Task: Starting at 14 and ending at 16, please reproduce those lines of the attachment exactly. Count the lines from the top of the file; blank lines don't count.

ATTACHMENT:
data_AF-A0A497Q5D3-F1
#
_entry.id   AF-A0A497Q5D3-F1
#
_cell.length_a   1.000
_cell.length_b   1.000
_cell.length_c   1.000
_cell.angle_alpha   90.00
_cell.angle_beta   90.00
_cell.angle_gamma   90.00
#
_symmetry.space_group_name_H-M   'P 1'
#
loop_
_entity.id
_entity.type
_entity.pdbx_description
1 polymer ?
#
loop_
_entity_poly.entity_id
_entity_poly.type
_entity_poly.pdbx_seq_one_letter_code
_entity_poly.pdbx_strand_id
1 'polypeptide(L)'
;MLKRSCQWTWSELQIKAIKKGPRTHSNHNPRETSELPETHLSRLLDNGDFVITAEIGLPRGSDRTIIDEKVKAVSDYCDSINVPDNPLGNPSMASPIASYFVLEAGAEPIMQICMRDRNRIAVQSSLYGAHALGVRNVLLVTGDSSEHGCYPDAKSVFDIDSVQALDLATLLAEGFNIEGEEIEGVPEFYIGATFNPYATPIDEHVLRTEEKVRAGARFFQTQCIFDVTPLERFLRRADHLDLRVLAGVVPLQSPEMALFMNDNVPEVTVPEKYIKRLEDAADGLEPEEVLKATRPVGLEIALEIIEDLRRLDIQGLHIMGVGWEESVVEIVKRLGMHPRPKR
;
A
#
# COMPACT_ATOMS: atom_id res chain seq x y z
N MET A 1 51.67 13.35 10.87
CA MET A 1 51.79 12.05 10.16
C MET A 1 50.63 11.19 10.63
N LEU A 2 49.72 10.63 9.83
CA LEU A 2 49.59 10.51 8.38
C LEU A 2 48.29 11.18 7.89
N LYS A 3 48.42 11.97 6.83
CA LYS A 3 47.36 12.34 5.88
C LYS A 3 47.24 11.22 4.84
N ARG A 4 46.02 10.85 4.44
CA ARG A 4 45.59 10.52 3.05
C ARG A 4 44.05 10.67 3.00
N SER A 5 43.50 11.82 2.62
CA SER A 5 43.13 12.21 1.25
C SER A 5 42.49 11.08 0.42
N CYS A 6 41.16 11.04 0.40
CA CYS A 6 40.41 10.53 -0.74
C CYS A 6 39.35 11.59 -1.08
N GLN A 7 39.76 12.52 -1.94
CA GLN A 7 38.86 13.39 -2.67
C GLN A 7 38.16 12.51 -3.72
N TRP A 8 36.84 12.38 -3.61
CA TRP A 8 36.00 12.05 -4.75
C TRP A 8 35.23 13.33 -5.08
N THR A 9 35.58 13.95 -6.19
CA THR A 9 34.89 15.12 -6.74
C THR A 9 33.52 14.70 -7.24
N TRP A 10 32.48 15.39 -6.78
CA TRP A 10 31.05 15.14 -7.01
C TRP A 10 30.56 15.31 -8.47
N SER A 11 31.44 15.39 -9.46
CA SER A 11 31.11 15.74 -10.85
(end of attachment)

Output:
loop_
_entity.id
_entity.type